By Holly Desrosier
Craven Community College’s (Craven CC) Early College program began the school year Aug. 1. The innovative high school program has been nationally recognized and plans to continue on the path of excellence, due in part to an array of college resources that promote student success.
Established through a partnership with Craven County Schools in 2006, the Early College program is divided into two branches. Craven Early College (CEC) is housed on the college’s New Bern campus, while the Havelock campus is home to the Early College of Eastern Applied Sciences and Technology (EAST), or ECE.
The comprehensive five-year program combines the high school and community college experience to bring students an accelerated learning environment. Graduates earn a high school diploma with an opportunity to earn an associate degree or several transferable college credits. This enables graduates to enter a four-year university as a junior, if desired.
Since students are taking on the role of both a high school and college student, there is clearly a heavier workload and greater responsibilities. However, these higher expectations have not hampered the Early College students over the years. The graduation rate has averaged 98.3% over the past six school years, and several students obtained more than one associate degree while others earned a degree and a certification.
Both CEC and ECE were recognized on Jan. 17 as one of 13 schools in the district that met or exceeded academic growth goals during the 2017-18 school year. CEC was recognized for a 100% graduation rate for three years in a row, and ECE received a certificate of achievement for an outstanding graduation rate of 97.3%. The U.S. News & World Report has also recognized CEC as a bronze medal high school in its national rankings.
Todd Bradley, principal of CEC, doesn’t see this success waning anytime soon. “We plan to continuously improve our processes and our instruction through the engagement with the Cooperative Innovative High School and Research Triangle Institute next generation design principles through our professional learning communities,” he said.
The student-teacher ratio averages 17 to 1 at the two Early Colleges. This helps build relationships and confidence in the classroom and enables a more personalized experience. In addition, there is no cost for classes or textbooks while students are enrolled in the program. This is especially beneficial for students who may not have the opportunity to attend college without such assistance.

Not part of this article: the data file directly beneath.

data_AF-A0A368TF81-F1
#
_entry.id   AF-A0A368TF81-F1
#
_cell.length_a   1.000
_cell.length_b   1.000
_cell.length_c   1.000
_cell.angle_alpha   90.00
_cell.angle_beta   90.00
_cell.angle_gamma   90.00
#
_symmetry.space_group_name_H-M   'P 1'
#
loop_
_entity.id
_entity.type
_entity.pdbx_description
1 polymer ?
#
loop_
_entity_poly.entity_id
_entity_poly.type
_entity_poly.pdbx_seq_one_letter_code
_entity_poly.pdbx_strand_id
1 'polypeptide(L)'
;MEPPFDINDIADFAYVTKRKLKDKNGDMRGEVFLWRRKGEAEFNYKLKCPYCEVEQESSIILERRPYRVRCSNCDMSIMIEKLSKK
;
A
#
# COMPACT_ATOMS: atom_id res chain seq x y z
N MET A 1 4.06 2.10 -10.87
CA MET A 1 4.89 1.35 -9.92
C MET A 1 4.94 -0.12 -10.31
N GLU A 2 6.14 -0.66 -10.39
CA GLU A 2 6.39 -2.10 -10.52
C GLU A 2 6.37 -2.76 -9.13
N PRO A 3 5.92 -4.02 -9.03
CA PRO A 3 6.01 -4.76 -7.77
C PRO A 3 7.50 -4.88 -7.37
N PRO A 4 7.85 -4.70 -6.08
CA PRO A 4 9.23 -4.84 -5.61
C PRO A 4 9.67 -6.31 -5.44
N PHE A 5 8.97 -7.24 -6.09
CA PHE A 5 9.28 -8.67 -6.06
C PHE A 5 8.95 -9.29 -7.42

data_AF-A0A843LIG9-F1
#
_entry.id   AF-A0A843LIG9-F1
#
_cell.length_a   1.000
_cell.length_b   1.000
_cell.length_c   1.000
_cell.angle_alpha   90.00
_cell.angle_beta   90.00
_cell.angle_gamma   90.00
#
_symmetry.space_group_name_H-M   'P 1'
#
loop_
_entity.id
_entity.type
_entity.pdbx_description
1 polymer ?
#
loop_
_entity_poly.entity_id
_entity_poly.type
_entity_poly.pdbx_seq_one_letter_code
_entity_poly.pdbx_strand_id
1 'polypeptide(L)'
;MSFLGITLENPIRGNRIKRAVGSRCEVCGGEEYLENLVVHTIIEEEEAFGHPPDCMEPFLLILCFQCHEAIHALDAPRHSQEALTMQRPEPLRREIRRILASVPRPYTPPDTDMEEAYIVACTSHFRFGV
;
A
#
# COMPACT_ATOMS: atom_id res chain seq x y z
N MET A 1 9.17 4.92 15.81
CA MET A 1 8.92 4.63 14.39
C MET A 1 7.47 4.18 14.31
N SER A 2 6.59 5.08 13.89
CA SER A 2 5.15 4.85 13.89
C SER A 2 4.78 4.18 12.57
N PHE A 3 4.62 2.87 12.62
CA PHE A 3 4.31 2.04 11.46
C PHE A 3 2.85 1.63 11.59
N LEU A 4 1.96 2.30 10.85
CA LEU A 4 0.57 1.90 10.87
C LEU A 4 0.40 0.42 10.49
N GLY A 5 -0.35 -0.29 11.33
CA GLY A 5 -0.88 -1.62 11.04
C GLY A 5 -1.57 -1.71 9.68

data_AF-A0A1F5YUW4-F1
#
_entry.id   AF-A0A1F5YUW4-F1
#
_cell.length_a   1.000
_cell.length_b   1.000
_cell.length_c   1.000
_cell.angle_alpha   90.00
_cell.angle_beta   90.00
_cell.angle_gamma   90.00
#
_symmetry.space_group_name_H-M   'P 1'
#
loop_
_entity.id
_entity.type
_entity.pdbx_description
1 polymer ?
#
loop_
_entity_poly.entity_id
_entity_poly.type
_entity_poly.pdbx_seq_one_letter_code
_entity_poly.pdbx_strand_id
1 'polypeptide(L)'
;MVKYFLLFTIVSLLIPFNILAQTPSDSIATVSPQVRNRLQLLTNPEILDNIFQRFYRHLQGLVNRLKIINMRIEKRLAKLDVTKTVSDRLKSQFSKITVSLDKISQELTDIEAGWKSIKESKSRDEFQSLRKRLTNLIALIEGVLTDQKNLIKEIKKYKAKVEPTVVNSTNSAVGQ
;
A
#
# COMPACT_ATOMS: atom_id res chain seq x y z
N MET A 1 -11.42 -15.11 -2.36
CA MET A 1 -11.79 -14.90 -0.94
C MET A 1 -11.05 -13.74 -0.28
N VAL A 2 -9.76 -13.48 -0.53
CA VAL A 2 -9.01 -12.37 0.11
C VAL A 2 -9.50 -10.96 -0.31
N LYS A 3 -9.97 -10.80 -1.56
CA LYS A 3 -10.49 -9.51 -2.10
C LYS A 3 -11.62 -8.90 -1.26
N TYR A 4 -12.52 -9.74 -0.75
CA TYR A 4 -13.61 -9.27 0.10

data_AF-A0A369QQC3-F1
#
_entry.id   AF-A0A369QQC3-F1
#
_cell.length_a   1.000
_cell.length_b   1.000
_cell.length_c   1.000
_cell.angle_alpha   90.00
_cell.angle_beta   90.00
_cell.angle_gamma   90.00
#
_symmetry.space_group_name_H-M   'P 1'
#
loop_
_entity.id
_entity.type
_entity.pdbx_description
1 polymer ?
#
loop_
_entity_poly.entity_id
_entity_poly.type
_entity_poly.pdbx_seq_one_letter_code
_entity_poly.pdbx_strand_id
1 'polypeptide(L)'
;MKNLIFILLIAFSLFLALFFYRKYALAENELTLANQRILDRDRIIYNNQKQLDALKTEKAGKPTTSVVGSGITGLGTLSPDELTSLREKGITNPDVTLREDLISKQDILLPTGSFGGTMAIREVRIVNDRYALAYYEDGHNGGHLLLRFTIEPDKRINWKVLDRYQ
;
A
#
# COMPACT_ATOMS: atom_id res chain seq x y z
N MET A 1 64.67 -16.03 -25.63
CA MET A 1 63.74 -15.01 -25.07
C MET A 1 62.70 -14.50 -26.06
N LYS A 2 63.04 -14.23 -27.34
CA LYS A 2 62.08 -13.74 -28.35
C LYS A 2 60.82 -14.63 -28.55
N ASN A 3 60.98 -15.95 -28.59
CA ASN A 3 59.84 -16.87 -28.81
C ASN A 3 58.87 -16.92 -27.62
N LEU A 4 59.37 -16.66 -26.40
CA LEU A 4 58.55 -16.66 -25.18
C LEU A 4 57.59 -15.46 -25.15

Nathan, a “super senior” in his fifth-year, will graduate with an associate in the arts degree in spring 2020. He feels the Early College has been a positive step his life. As one of four children, the cost savings has been an incredible advantage.
“It’s a really good deal on saving money,” he said. “College books are really expensive, and we’re super lucky to have them paid for.”
A contributing factor in the program’s prosperity is Bradley’s faith in his staff and his willingness to give them creative freedom to lead professional development.
“We are all lifelong learners, and we approach our craft in this way,” said Bradley. “The combination of benchmarking with other schools and trusting your professionals within allows your school to continue positive results for students.”
This has definitely worked to the school’s advantage: students overwhelmingly report that they feel at ease with the teachers, which greatly benefits the learning environment and students’ capability to flourish academically, as well as personally and professionally.
“Teachers are really cool there, and you get a good education,” said Nathan. “And it’s not just schoolwork; they help you with real-world stuff, like how to do taxes and handshakes.”
While the Early College does not offer any sports teams like traditional high schools, it does have plenty of clubs and extracurricular activities to keep students engaged outside of the classroom. Existing groups include CEC Runs, in which students participate in running and high-intensity interval training (HIIT) workouts; CEC Competitors (intramural/board games); coding; Future Business Leaders of America; Junior Civitan; National Honor Society; Outdoor Adventures; Science Olympiad; Student Union, which plans several CEC events like open house, fall carnival and prom; Students in Christ; and yearbook.